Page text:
Textile, Americana Print: Rhapsody, 1925
This is a Textile. It was company: Stehli Silk Corporation. It is dated 1925 and we acquired it in 1937. Its medium is silk and its technique is printed by engraved roller. It is a part of the Textiles department.
Between 1925 and 1927, the Stehli Silks Corporation produced the Americana Prints, a series of nearly 100 artist-designed dress silks for the modern woman. American artists, designers, celebrities and cartoonists were selected to create the prints, among them photographer Edward Steichen and cartoonist John Held Jr., who produced the piece featured here. Taken together, the prints present a microcosm of Jazz Age culture. One features automobiles, another aspirin tablets, and a third a crowd of people at a sporting event.
This example is a humorous riff off a typical polka-dot pattern, with jazz musicians and their instruments dotting the fabric in a repeating white and blue pattern. Like the other Americana prints, it was produced on a variety of silk fabrics, including crepe de chine, georgette, and chiffon. The prints were sold both as yard goods at high-end department stores and as ready-to-wear dresses at middle-market retailers. This, in addition to the publication of a limited-edition catalog of reproductions, ensured that the prints were widely circulated both as popular commodities and works of art.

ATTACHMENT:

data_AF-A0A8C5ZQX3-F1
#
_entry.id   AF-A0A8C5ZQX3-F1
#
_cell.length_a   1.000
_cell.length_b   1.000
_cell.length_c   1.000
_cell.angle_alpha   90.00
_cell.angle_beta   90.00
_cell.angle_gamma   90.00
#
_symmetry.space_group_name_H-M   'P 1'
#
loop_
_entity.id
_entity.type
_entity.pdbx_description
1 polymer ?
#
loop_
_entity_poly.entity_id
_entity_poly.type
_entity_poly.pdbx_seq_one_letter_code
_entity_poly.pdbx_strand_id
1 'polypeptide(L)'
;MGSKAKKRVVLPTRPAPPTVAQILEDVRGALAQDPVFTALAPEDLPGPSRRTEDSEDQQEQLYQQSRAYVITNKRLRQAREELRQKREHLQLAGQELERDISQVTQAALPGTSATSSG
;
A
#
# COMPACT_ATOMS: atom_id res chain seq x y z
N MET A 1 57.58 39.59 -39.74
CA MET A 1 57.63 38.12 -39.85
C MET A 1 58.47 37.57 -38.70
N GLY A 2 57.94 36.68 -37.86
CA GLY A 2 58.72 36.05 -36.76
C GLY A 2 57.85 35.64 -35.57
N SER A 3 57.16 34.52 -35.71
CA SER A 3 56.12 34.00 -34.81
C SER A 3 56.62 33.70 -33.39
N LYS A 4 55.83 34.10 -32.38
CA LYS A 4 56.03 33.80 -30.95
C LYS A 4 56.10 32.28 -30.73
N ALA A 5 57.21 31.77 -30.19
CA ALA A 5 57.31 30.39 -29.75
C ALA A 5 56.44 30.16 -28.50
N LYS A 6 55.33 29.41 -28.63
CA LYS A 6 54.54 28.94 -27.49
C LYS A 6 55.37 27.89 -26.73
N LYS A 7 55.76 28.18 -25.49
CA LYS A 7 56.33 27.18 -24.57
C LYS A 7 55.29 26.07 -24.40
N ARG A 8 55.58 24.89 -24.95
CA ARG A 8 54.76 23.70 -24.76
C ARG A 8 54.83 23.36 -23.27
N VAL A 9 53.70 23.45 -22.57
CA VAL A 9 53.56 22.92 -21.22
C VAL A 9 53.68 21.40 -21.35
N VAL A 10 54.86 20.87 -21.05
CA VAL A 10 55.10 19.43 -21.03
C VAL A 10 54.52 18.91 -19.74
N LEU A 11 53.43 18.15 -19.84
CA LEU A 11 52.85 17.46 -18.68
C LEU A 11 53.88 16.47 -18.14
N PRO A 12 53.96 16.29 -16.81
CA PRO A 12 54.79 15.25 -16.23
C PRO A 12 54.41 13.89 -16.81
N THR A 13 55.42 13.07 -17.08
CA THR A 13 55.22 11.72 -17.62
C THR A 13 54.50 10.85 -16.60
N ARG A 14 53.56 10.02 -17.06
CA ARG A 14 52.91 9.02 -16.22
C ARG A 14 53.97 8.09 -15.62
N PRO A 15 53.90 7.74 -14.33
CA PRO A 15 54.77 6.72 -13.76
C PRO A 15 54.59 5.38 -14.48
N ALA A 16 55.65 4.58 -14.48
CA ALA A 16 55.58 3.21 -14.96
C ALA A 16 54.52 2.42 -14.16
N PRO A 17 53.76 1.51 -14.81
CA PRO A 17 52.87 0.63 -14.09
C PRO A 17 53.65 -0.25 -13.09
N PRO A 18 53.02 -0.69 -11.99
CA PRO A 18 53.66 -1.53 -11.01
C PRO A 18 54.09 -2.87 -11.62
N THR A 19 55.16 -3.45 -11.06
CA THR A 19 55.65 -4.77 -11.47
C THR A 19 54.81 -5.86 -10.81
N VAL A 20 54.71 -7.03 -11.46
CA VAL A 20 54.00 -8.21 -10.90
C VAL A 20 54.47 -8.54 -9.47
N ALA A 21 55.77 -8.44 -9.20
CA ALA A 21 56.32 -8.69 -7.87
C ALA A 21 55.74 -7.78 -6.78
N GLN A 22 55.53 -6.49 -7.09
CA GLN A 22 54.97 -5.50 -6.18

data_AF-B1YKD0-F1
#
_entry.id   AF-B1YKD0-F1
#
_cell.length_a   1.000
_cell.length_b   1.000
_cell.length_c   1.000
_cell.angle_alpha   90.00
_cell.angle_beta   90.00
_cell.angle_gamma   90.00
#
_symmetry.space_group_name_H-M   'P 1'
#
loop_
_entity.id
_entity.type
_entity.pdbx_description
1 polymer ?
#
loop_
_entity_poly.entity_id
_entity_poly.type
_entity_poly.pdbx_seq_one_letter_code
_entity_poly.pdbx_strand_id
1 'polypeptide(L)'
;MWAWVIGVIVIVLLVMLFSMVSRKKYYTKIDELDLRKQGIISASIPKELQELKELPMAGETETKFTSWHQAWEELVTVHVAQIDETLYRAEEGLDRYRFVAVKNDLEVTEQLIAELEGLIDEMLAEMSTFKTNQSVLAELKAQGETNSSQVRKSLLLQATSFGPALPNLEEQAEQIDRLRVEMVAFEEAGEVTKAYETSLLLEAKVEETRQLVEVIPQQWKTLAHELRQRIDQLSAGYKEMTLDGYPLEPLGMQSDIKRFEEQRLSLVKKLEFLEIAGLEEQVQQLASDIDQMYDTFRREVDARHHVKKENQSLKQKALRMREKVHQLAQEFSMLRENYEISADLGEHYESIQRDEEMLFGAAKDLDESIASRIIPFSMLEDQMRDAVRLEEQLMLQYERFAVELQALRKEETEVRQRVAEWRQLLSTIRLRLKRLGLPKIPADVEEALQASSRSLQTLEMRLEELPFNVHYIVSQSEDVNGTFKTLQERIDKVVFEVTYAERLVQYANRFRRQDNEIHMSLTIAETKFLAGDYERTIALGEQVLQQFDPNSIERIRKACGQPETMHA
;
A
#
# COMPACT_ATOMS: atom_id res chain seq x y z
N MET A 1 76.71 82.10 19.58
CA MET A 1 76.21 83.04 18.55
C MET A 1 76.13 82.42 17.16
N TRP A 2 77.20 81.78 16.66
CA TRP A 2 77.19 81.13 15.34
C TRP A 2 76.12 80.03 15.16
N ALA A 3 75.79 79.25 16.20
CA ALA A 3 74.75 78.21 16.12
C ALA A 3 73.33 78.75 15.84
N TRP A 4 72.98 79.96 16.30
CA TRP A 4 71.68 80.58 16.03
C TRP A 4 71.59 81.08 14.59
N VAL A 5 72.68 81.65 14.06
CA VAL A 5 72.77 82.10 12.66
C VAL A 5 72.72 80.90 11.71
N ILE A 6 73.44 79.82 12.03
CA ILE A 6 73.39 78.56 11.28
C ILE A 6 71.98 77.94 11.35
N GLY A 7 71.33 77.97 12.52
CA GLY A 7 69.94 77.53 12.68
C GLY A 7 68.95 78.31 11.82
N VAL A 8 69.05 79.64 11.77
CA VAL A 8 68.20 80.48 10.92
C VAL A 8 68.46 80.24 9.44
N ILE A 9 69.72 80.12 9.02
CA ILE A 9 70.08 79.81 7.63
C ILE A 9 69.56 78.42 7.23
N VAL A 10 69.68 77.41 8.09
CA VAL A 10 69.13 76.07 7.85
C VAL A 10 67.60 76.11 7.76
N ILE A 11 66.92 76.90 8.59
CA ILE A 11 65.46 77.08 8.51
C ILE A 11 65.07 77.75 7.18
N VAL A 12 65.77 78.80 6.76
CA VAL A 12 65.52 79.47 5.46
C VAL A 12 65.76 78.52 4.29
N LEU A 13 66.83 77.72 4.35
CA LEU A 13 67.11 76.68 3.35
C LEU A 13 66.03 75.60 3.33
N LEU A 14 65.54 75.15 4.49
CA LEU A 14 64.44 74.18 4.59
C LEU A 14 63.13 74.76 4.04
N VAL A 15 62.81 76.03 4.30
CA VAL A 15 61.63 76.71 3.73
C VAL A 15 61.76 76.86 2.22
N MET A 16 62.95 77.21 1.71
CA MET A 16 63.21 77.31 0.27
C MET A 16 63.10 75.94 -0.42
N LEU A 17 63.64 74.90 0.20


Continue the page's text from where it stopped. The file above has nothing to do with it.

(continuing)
This object was
It is credited
Gift of Marian Hague.
Our curators have highlighted 2 objects that are related to this one.
Its dimensions are
H x W: 24.1 × 97.8 cm (9 1/2 × 38 1/2 in.)
Cite this object as
Textile, Americana Print: Rhapsody, 1925; Company: Stehli Silk Corporation (Switzerland); USA; silk; H x W: 24.1 × 97.8 cm (9 1/2 × 38 1/2 in.); Gift of Marian Hague; 1937-1-3
George Gershwin is, simply put, an American treasure. While “American Popular Song,” “Tin Pan Alley,” and orchestral works are all a vital part of his catalog, “Rhapsody In Blue” is...
This object was previously on display as a part of the exhibition The Jazz Age: American Style in the 1920s.